Domestic Violence and the Law in Colonial and Postcolonial Africa reveals the ways in which domestic space and domestic relationships take on different meanings in African contexts that extend the boundaries of family obligation, kinship, and dependency. The term domestic violence encompasses kin-based violence, marriage-based violence, gender-based violence, as well as violence between patrons and clients who shared the same domestic space. As a lived experience and as a social and historical unit of analysis, domestic violence in colonial and postcolonial Africa is complex.
Using evidence drawn from Sub-saharan Africa, the chapters explore the range of domestic violence in Africa’s colonial past and its present, including taxation and the insertion of the household into the broader structure of colonial domination.
African histories of domestic violence demand that scholars and activists refine the terms and analyses and pay attention to the historical legacies of contemporary problems. This collection brings into conversation historical, anthropological, legal, and activist perspectives on domestic violence in Africa and fosters a deeper understanding of the problem of domestic violence, the limits of international human rights conventions, and local and regional efforts to address the issue.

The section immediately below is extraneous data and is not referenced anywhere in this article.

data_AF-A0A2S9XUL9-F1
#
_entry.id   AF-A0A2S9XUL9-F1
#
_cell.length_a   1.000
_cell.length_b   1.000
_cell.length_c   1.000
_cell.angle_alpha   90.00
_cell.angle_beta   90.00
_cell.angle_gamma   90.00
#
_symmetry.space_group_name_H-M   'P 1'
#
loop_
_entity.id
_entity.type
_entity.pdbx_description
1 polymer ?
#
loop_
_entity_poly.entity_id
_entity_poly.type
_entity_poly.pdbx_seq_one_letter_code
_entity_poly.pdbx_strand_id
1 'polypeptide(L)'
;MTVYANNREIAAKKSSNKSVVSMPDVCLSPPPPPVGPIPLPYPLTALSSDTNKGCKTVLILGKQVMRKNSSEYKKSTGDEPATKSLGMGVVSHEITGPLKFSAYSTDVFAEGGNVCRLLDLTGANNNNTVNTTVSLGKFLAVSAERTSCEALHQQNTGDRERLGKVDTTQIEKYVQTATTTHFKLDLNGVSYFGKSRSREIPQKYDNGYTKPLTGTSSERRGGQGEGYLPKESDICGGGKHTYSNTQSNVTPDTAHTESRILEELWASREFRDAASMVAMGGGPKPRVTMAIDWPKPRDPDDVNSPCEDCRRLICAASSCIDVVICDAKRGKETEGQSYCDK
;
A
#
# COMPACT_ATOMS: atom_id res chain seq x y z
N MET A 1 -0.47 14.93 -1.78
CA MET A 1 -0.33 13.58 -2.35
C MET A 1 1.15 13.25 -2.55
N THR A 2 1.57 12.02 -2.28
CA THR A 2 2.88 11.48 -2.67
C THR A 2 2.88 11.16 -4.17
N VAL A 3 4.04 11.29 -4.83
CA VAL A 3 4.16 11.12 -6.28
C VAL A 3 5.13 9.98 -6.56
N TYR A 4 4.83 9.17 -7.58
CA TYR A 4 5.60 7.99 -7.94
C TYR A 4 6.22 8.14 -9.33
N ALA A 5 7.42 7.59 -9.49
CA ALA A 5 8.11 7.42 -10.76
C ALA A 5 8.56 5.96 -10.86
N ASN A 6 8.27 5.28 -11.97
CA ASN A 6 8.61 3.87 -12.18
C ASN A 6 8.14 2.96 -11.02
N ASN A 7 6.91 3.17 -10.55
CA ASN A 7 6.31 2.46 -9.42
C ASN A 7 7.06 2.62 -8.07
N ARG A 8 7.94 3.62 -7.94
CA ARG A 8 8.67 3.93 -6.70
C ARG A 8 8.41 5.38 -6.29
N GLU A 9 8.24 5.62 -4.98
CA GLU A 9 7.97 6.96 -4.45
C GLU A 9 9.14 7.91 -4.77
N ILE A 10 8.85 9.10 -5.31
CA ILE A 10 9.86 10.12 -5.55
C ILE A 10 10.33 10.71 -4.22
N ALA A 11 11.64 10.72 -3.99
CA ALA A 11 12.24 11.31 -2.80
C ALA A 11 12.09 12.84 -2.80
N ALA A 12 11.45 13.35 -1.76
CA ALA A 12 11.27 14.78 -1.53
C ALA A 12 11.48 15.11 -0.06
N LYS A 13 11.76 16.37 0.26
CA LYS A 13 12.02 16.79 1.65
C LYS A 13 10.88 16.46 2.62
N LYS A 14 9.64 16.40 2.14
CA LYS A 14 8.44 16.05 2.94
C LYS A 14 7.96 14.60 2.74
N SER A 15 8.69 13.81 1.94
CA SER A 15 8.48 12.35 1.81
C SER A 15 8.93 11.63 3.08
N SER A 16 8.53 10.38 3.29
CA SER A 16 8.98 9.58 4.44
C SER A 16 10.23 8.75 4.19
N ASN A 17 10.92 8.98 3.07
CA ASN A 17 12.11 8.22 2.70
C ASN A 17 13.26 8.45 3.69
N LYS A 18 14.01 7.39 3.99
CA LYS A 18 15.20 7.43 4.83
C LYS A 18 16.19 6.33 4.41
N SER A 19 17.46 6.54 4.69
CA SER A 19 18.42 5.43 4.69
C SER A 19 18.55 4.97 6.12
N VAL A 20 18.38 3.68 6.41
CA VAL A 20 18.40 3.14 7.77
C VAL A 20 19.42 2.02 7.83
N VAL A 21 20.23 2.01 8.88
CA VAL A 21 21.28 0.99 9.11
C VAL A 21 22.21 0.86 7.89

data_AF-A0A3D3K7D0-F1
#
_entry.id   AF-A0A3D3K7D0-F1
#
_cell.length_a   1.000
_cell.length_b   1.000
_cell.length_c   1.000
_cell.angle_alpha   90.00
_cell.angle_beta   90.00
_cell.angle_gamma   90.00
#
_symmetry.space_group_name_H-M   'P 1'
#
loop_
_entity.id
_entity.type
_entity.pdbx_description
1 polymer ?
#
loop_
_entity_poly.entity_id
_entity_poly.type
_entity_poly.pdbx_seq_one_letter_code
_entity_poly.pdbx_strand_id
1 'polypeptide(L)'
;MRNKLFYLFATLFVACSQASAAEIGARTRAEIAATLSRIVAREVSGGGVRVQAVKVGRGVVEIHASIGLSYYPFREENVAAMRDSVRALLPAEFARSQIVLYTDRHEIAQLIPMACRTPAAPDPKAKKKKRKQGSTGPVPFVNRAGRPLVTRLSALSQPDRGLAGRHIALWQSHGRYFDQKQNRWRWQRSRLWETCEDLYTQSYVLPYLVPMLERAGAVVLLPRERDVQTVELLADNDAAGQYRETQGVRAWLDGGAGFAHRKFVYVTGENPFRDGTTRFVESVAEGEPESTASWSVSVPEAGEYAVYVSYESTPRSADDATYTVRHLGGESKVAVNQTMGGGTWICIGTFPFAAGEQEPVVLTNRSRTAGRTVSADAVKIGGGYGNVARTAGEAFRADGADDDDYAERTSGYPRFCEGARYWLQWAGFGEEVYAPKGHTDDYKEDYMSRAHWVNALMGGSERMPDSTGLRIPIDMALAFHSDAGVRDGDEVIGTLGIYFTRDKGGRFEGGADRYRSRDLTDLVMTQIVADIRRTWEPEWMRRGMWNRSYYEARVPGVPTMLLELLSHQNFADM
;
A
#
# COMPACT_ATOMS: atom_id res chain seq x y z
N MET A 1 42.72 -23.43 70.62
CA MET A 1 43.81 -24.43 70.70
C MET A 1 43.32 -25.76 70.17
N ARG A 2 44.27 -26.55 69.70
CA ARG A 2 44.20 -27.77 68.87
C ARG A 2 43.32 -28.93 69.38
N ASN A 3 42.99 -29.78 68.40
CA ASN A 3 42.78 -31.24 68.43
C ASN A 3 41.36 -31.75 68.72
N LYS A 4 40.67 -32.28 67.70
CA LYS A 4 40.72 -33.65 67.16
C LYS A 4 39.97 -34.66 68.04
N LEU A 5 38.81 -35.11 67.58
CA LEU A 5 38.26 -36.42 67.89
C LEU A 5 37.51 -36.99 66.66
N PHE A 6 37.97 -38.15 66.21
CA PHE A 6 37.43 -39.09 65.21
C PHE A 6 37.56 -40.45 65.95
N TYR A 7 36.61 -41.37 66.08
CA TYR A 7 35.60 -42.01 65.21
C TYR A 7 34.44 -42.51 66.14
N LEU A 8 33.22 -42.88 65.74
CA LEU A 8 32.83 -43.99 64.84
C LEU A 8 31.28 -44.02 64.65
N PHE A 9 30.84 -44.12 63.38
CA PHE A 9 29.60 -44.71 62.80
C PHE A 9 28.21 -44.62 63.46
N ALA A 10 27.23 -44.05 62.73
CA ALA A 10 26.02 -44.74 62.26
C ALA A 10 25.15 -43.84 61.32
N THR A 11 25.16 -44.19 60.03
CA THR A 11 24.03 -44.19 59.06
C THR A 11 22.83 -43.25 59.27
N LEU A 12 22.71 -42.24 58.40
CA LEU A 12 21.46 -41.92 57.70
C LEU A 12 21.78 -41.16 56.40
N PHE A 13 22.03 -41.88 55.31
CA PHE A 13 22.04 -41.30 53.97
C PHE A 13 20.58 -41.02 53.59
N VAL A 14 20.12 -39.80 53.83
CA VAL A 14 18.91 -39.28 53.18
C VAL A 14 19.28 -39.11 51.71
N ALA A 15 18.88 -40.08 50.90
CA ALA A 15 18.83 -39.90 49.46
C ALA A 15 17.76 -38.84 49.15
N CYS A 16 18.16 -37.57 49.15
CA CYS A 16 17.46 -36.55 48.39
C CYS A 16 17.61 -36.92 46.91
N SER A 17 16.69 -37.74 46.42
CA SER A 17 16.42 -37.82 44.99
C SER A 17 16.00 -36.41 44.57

“This is a fascinating and extensively researched exploration of a range of forms of gender-based violence that combines historical, anthropological, and legal perspectives. One of its strengths is the way it juxtaposes studies of the legal regulation of violence in the colonial era with that of the postcolonial human rights era.”
“… (T)his collection is an important opening call for future research into the topic of domestic violence and African family/household histories.… This book will not only be widely appealing to scholars, but could also serve as a useful supplementary text in a number of undergraduate courses.” — International Journal of African Historical Studies
“For several decades, scholars have effectively mined trial transcripts and other legal sources for innovative perspectives in social history. Despite subjective testimony and other limitations, such documents contain direct evidence from otherwise voiceless, obscure people. This book continues that trend, revealing the experiences of targets and perpetrators of intimate, private violence.... Summing Up: Recommended.” — CHOICE